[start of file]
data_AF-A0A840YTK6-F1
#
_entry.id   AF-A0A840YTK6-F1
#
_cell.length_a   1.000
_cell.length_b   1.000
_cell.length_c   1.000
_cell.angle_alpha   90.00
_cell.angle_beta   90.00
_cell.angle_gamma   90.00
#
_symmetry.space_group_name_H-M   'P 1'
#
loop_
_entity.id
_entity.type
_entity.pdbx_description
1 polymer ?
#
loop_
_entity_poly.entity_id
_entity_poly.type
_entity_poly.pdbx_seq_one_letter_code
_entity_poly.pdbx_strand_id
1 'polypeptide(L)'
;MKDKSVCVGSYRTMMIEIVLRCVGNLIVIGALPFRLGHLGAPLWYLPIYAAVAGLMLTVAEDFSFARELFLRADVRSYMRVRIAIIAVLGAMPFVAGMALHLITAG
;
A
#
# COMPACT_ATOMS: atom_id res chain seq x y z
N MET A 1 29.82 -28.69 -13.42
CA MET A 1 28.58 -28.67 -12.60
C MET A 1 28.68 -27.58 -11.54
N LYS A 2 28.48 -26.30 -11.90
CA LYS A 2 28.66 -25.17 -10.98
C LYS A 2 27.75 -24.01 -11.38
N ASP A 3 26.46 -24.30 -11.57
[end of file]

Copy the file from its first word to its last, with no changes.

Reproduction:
data_AF-A0A840YTK6-F1
#
_entry.id   AF-A0A840YTK6-F1
#
_cell.length_a   1.000
_cell.length_b   1.000
_cell.length_c   1.000
_cell.angle_alpha   90.00
_cell.angle_beta   90.00
_cell.angle_gamma   90.00
#
_symmetry.space_group_name_H-M   'P 1'
#
loop_
_entity.id
_entity.type
_entity.pdbx_description
1 polymer ?
#
loop_
_entity_poly.entity_id
_entity_poly.type
_entity_poly.pdbx_seq_one_letter_code
_entity_poly.pdbx_strand_id
1 'polypeptide(L)'
;MKDKSVCVGSYRTMMIEIVLRCVGNLIVIGALPFRLGHLGAPLWYLPIYAAVAGLMLTVAEDFSFARELFLRADVRSYMRVRIAIIAVLGAMPFVAGMALHLITAG
;
A
#
# COMPACT_ATOMS: atom_id res chain seq x y z
N MET A 1 29.82 -28.69 -13.42
CA MET A 1 28.58 -28.67 -12.60
C MET A 1 28.68 -27.58 -11.54
N LYS A 2 28.48 -26.30 -11.90
CA LYS A 2 28.66 -25.17 -10.98
C LYS A 2 27.75 -24.01 -11.38
N ASP A 3 26.46 -24.30 -11.57